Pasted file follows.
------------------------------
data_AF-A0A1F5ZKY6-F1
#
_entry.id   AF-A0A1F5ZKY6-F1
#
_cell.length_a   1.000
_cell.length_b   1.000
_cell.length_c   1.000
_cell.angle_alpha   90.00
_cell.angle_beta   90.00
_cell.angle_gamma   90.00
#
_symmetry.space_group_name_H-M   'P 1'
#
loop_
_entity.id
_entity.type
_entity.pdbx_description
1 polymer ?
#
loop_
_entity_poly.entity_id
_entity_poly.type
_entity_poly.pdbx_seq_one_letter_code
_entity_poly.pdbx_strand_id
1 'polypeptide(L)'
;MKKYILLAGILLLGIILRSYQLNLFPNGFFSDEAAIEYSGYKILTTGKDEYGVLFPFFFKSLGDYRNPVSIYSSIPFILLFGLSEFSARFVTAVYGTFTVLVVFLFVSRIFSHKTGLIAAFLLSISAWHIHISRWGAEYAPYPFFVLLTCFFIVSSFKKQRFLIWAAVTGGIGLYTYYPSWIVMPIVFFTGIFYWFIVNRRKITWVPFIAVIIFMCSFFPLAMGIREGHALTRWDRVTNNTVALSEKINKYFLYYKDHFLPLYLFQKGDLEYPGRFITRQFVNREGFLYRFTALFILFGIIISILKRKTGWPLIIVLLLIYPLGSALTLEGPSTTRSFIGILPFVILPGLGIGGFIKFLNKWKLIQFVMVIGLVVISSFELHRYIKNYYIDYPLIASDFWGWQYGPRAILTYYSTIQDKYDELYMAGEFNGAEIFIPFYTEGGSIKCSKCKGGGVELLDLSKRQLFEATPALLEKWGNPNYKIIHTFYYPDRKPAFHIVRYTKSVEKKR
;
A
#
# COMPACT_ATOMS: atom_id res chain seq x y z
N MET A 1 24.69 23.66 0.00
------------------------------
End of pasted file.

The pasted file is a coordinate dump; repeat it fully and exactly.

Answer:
data_AF-A0A1F5ZKY6-F1
#
_entry.id   AF-A0A1F5ZKY6-F1
#
_cell.length_a   1.000
_cell.length_b   1.000
_cell.length_c   1.000
_cell.angle_alpha   90.00
_cell.angle_beta   90.00
_cell.angle_gamma   90.00
#
_symmetry.space_group_name_H-M   'P 1'
#
loop_
_entity.id
_entity.type
_entity.pdbx_description
1 polymer ?
#
loop_
_entity_poly.entity_id
_entity_poly.type
_entity_poly.pdbx_seq_one_letter_code
_entity_poly.pdbx_strand_id
1 'polypeptide(L)'
;MKKYILLAGILLLGIILRSYQLNLFPNGFFSDEAAIEYSGYKILTTGKDEYGVLFPFFFKSLGDYRNPVSIYSSIPFILLFGLSEFSARFVTAVYGTFTVLVVFLFVSRIFSHKTGLIAAFLLSISAWHIHISRWGAEYAPYPFFVLLTCFFIVSSFKKQRFLIWAAVTGGIGLYTYYPSWIVMPIVFFTGIFYWFIVNRRKITWVPFIAVIIFMCSFFPLAMGIREGHALTRWDRVTNNTVALSEKINKYFLYYKDHFLPLYLFQKGDLEYPGRFITRQFVNREGFLYRFTALFILFGIIISILKRKTGWPLIIVLLLIYPLGSALTLEGPSTTRSFIGILPFVILPGLGIGGFIKFLNKWKLIQFVMVIGLVVISSFELHRYIKNYYIDYPLIASDFWGWQYGPRAILTYYSTIQDKYDELYMAGEFNGAEIFIPFYTEGGSIKCSKCKGGGVELLDLSKRQLFEATPALLEKWGNPNYKIIHTFYYPDRKPAFHIVRYTKSVEKKR
;
A
#
# COMPACT_ATOMS: atom_id res chain seq x y z
N MET A 1 24.69 23.66 0.00